So, you’ve now taken the successful plunge and finally let the Microsoft nightmares fade into expensive and unpleasant memories.
You have your brand new, full-featured, Mandriva, Debian, or Kubuntu, free OS running your browser, email, and office, routines through a lovely KDE, or GNOME, desktop that’s simplicity itself to operate.
Next, you work out how to get all your free software repositories enabled and the true “Wow!” experience suddenly begins to hit you right between the eyeballs.
There’s nothing in the Microsoft experience that can prepare you to cope with that initial shock, when you realise more than 20,000 extra items of free software are just sitting there waiting for you to click on them, so they can install themselves into your system for free.
Like a kid in a lolly-shop? You’re not kidding.
New, and updated, applications, are continuously being added at such a rate that you can never really hope to try them all, but still, you make the effort. Some, you fall in love with, and they become permanent fixtures in your setup; others, you realise, are not suited to your particular requirements of the moment and you soon remove them. Most of us never stop doing this sort of thing.
Now, all these free software applications that we download, bring various files and libraries with them, as dependencies. When we decide to remove one of these applications, some of these files sometimes get left behind to float around like lost souls in the cyberspace of your once pristine OS.
These detached files are called orphan files, or orphan packages. Mostly, they do no particular harm, but it’s nice to think your operating system remains just as shiny and clean inside, as the day you first installed it.
Fortunately, GNU/Linux can supply a nice little GUI that will quickly take care of this sort of housekeeping, after you’ve been having fun adding and removing software applications.
The quick way to find these GUIs is to go into Adept, or Synaptic, or whatever the package manager is called in your distro, and search for “orphan”. My Adept package manager quickly spits out two packages; deborphan, and gtkorphan.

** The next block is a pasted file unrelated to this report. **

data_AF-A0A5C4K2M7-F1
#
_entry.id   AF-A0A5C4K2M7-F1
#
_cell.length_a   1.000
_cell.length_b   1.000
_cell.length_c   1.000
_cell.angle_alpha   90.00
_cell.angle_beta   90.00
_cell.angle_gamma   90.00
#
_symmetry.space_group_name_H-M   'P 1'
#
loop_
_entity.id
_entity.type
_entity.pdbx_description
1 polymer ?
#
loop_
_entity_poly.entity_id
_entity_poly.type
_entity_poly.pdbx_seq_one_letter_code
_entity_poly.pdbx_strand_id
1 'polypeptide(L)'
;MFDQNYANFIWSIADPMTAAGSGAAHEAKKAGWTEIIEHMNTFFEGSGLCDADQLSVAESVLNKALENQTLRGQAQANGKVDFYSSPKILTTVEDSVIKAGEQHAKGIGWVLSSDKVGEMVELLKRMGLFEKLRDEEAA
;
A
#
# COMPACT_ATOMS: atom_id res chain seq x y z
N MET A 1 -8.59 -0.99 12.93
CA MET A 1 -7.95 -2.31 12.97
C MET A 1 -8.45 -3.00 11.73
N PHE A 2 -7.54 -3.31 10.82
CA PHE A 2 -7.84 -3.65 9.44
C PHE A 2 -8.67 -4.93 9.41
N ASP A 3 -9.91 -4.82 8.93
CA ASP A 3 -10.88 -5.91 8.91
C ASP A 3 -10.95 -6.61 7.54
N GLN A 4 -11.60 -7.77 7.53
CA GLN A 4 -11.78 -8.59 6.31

Kubuntu beginners would go to K menu, select “system”, then open “Adept Manager”, and insert your password when prompted. When Adept loads, type “orphan” into the “Search” box near the top. You won’t need to press “enter” because Adept will automatically commence your search as soon as the word is completed. Two entries will appear in the search results window at the lower left; “deborphan” and “gtkorphan”. For KDE you will need “gtkorphan”, so right click on “gtkorphan” and select “request install”. Then go to the toolbar at the top of the page and click on “Apply Changes”. The rest of the installation is automatic after that, although you can click on “show details” to see exactly how Kubuntu goes about installing new free software. If you want to remove the software, start Adept, then type “gtkorphan” into the “Search” box. When “gtkorphan” appears in the results window as “installed”, simply right click on it and select “request removal”. Then “Apply Changes”, and the software is automatically removed as easily as it went on.
Ubuntu beginners would do likewise, by going to “System”, in the toolbar at the top of the desktop, then to “Administration”, then select “Synaptic Package Manager”. At the prompt, enter your password. When “Synaptic” appears, go to “Search” which is on the second toolbar from the top. Once again, enter the word “orphan” and press “enter”. Unlike “Adept” in KDE, this search will produce a number of packages with similar properties to gtkorphan, notably “Kleansweep” which users might like to try as an alternative to gtkorphan. However, “gtkorphan” is the package that will be installed in this instance. Right click on gtkorphan and select “Mark for installation”. A little box will jump up saying “Mark additional required changes?”, and in the box will be “To be installed deborphan” (This is a package that is dependent on gtkorphan). Click on “Mark”, or just press “enter” (which is the same thing) and the box will disappear and the deborphan line will now turn green. You’re all set now, so go to the second toolbar and click on “Apply”. A little box will jump up with “Apply following changes?”, with the two packages to be installed listed below. Click on “Apply” and a little box jumps up saying “installing packages”. If you’re quick enough you can click on “details” and a window will come up showing the installation process. Close “Synaptic”.
At this point, if will need to launch gtkorphan. In KDE, click the K menu, then “settings” and select “Remove orphan packages”. In GNOME, Click on “System” in the top toolbar, then go to “Administration” and then “Remove orphan packages”.
After running the program, put in your password at the prompt, and up pops GtkOrphan with tabs for “Orphaned packages” and “Non-orphaned packages”. Check the “Orphaned packages” tab, then check the check-boxes beside each orphan file that appears there, press “Remove”, and away they go. Sometimes the removal of these files will, in turn, orphan further files that were previously dependent only on them. Just repeat, until the No orphaned libraries found..., sign appears.
Presto, you’ve got an OS, so clean, that Steve Ballmer would want to eat his dinner off of it.